The Editors Guild of India on Tuesday expressed anguish at the shutting down of Kashmir Press Club and said that the move has set a dangerous precedent for media freedom.
On Monday, the Jammu and Kashmir government took control of the building allotted to Kashmir Press Club after a group of journalists and newspaper owners accompanied by members of armed forces took over the establishment and elected a management body on January 15.
The building was taken over by the government a day after it suspended the registration of the press club, citing adverse reports from the police’s Criminal Investigation Department. Before this, the Kashmir Press Club had announced it will hold elections to form a new management and an executive committee on February 15.
In its statement on Tuesday, the Editors Guild noted that the Kashmir Press Club was established in 2018 and had over 300 members, making it the largest journalists’ association in the region.
“With the shutting down of the club and the government reverting the land to back to the Estates Department, an important journalistic institution in a region that has seen the worst kind state heavy handedness against any independent media, has effectively been dismantled.”
The Editors Guild pointed said that the space for media freedom and civil society has been fading in region. It listed several instances of detention of journalists, including that of Sajad Gul, Peerzada Ashiq, Masrat Zahra, Fahad Shah, and the killing of the Rising Kashmir Editor Shujaat Bukhari.
The press body also pointed out that the office of the Srinagar office of Kashmir Times was sealed in October 2020 and in April last year, and that the police had issued advisories stopping the media from reporting on the gunfights with militants.
“In a state-ridden with such excesses against the media, Kashmir Press Club was an important institution for fighting for protection and rights of journalists,” it said.
The guild also reiterated its earlier demand to restore status quo with respect to the functioning of the club and the administration work towards “building and protecting the space for a free press”.
The Kashmir Press Club controversy started with a couple of letters that surfaced on social media on January 13. They were addressed to the Srinagar district magistrate and apparently signed by various journalists, many of whom were members of the club.
They pointed out that the tenure of the club’s elected executive body had lapsed six months earlier and asked the district magistrate to intervene. They also proposed the formation of a interim committee.
Within hours, the elected body, whose term had lapsed in July 2021, responded with a statement. Elections had been held up, it said, because the club had to be registered afresh under the new laws of the Union Territory government. But that process was now complete.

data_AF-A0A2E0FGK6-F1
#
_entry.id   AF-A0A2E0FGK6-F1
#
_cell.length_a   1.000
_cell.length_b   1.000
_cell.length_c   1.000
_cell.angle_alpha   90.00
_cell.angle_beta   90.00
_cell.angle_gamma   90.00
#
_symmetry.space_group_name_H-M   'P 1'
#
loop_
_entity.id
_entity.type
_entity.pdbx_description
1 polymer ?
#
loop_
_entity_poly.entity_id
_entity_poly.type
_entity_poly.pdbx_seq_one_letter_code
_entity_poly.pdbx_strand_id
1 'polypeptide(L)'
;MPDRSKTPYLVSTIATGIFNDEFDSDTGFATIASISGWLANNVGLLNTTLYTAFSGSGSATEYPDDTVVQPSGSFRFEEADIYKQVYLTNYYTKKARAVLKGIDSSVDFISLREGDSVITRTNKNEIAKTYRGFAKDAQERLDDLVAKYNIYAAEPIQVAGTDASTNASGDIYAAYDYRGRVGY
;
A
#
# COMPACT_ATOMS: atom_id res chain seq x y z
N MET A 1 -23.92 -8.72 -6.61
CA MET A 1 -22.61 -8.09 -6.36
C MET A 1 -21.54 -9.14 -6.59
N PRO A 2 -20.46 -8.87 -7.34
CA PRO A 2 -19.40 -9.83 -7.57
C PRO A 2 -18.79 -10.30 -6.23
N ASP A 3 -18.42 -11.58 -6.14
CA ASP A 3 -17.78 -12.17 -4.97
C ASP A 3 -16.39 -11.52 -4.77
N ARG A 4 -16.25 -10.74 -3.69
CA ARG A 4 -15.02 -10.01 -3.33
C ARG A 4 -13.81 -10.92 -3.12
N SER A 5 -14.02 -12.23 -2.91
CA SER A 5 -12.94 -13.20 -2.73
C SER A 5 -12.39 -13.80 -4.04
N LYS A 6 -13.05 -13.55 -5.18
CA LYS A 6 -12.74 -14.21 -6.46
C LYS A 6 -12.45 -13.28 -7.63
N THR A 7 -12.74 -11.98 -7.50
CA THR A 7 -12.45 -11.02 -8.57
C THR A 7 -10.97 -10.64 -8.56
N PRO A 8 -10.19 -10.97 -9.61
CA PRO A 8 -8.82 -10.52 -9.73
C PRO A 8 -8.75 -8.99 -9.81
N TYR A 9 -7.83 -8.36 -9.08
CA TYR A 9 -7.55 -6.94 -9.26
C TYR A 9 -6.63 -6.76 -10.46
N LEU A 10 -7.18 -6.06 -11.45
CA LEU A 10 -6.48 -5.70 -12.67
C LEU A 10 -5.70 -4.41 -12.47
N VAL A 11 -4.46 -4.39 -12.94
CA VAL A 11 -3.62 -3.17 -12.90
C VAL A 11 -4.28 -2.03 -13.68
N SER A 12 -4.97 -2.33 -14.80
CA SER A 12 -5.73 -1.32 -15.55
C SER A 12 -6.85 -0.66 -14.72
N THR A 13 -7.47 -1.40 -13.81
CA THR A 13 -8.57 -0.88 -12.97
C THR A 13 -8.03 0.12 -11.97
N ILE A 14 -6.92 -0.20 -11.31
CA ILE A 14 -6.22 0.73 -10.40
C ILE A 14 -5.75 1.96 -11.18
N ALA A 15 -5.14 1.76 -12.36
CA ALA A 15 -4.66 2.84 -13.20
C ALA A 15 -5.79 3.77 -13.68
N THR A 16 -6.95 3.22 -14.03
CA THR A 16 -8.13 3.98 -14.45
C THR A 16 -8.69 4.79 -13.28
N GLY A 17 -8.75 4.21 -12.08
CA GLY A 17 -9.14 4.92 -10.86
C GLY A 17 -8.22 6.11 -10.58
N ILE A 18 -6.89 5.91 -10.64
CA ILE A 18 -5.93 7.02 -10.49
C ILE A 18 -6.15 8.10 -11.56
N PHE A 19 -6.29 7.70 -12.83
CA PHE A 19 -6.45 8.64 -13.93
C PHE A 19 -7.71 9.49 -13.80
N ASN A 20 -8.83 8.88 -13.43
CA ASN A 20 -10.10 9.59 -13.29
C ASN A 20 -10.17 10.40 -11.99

“The government has communicated the same to the [club] management last week,” the statement said. Elections for a new managing body could now be held.
But then the government appeared to have made a U-turn. On January 14, the club management issued a fresh statement saying it had received an order “informing that the re-registration certificate issued to the club on 29/12/2021 under Society Registration Act, 1860 has been kept in abeyance”.
On January 15, a group of journalists, led by The Times of India’s Srinagar correspondent, M Salim Pandit, held a meeting of the “new interim body” in the club building while security personnel stood guard outside. They then issued a statement under the club’s official letterhead, entitled “Takeover of Kashmir Press Club, Srinagar,” declaring themselves the interim managing body.
Several journalists’ bodies, including the Editors Guild of India, Press Club of India and Mumbai Press Club, on Sunday expressed shock over the Kashmir Press Club’s takeover. They sought restoration of the club’s registration as a society and early polls.
On January 17, as the Jammu and Kashmir government took control of the press club building, it said it had been forced to act as it was “concerned over the emergent situation which has arisen due to the unpleasant turn of events involving two rival warring groups using the banner of the Kashmir Press Club.”
The government hoped that “duly registered bona fide society of all journalists” could soon be formed. The government would return the club building on the request of such a body.